“Peaceful activities will be respected and protected,” Maricopa County Sheriff Paul Penzone said in a statement Thursday. “Acts of violence, threatening behaviors or criminal damage of property will not be tolerated.”

In Atlanta, about 50 Trump supporters on Thursday stood outside the city’s State Farm Arena, where ballots are being tallied, waving signs that read “Stop the Count” and “Four More Years.” At one point, they exchanged a quick volley of expletives with another group that drove by in two cars blasting the YG and Nipsey Hussle protest song, “FDT,” which curses Trump by name. By the late afternoon, the crowd of Trump supporters had dwindled to about a dozen, while a handful of people across the street waved Black Lives Matter signs.

In Michigan, which The Washington Post and other news outlets called for Biden Wednesday night, about a dozen Trump supporters lingered on Thursday afternoon outside Detroit’s TCF convention center, where ballots were tallied. An elaborate float, labeled the “Trump Unity Bridge” and featuring a motorcycle and a large wooden bald eagle, stood near blaring ABBA’s “Dancing Queen” from its speakers. A small, rival contingent of Biden supporters held signs nearby that read “COUNT EVERY VOTE.”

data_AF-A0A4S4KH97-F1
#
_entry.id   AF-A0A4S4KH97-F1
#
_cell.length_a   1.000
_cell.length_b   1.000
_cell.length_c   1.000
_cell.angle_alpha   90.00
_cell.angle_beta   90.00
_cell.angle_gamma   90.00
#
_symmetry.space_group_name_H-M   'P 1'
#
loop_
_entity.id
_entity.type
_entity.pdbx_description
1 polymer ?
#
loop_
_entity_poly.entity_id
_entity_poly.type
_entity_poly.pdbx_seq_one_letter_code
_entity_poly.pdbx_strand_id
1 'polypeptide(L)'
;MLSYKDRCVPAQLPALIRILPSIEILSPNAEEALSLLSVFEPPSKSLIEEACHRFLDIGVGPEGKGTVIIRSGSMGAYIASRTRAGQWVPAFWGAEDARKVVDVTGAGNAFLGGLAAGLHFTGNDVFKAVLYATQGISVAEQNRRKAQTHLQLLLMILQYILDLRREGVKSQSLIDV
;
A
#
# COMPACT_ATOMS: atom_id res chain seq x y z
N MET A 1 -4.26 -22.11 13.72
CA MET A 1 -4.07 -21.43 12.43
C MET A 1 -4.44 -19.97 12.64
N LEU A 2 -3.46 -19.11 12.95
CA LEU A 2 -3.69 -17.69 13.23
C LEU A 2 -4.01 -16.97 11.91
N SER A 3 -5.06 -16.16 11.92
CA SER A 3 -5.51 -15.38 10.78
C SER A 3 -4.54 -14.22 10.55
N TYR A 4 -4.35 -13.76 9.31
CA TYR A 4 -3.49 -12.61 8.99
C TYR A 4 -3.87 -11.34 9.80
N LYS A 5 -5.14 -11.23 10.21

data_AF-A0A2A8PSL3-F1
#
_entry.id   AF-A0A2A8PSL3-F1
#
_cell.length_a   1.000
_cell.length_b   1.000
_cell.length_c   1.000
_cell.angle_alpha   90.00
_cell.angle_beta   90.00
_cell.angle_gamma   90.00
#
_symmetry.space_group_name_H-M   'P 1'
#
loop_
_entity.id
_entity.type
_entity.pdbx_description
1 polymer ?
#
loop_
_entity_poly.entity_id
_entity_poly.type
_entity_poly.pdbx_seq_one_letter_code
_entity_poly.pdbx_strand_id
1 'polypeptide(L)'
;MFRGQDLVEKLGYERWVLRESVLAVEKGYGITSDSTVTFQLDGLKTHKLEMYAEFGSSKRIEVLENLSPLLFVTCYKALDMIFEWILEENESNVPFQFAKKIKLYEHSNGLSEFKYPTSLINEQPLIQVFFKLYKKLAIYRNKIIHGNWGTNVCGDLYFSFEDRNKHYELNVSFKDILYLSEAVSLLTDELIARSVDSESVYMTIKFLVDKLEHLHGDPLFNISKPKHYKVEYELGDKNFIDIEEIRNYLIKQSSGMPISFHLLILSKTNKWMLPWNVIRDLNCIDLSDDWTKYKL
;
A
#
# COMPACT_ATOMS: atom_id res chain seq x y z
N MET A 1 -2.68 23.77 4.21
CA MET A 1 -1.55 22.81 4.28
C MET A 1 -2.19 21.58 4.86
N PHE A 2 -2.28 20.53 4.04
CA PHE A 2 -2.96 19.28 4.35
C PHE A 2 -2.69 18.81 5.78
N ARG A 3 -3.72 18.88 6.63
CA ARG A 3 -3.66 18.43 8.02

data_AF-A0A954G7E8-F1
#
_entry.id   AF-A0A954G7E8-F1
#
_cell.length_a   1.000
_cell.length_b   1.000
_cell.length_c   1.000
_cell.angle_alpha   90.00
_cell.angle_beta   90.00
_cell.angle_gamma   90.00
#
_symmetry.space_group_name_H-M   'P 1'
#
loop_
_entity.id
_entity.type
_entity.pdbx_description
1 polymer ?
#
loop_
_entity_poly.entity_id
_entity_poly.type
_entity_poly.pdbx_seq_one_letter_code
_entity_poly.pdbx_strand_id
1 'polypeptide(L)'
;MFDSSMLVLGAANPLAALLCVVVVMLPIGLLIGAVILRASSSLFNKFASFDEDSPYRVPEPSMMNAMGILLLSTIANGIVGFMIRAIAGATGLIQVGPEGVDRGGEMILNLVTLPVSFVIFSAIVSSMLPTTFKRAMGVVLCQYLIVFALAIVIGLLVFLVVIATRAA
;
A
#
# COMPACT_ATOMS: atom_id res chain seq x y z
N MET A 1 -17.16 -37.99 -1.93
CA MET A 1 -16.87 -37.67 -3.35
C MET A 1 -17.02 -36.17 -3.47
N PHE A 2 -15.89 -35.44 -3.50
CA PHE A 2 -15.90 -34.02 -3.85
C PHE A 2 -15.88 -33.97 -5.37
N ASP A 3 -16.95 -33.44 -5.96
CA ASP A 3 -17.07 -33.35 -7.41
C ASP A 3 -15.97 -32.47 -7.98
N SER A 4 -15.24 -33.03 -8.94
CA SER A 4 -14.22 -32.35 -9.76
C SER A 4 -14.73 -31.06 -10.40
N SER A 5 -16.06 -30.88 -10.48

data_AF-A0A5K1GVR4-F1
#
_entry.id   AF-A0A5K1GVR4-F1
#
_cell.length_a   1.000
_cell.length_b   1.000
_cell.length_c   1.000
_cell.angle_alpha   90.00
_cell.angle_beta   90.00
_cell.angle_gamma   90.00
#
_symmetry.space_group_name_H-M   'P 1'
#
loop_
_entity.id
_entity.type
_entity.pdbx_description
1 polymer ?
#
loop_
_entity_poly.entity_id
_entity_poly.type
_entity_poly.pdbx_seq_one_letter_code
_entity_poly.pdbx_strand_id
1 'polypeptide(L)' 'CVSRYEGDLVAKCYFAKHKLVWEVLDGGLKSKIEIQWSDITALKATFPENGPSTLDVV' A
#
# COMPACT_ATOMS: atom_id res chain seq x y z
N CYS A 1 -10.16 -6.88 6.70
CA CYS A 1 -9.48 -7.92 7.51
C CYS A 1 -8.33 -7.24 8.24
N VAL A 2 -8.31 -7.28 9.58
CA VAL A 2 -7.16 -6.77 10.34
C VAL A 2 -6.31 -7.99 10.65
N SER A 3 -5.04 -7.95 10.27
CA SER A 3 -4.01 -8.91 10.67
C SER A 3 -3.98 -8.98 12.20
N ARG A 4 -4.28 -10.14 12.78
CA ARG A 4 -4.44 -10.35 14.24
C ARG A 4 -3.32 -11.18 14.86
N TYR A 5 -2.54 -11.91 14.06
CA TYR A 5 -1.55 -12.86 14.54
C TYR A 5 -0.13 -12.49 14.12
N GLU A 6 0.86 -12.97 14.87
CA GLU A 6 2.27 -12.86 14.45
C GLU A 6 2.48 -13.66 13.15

Pro-Trump demonstrators who wanted to be admitted into the building to watch the ballot counting on Wednesday afternoon had banged on the convention center’s windows, chanting “Stop the vote.”

Small anti-Trump demonstrations and other protests have also flared in a handful of cities since the polls closed, with some participants saying they believe that Trump is trying to steal the election.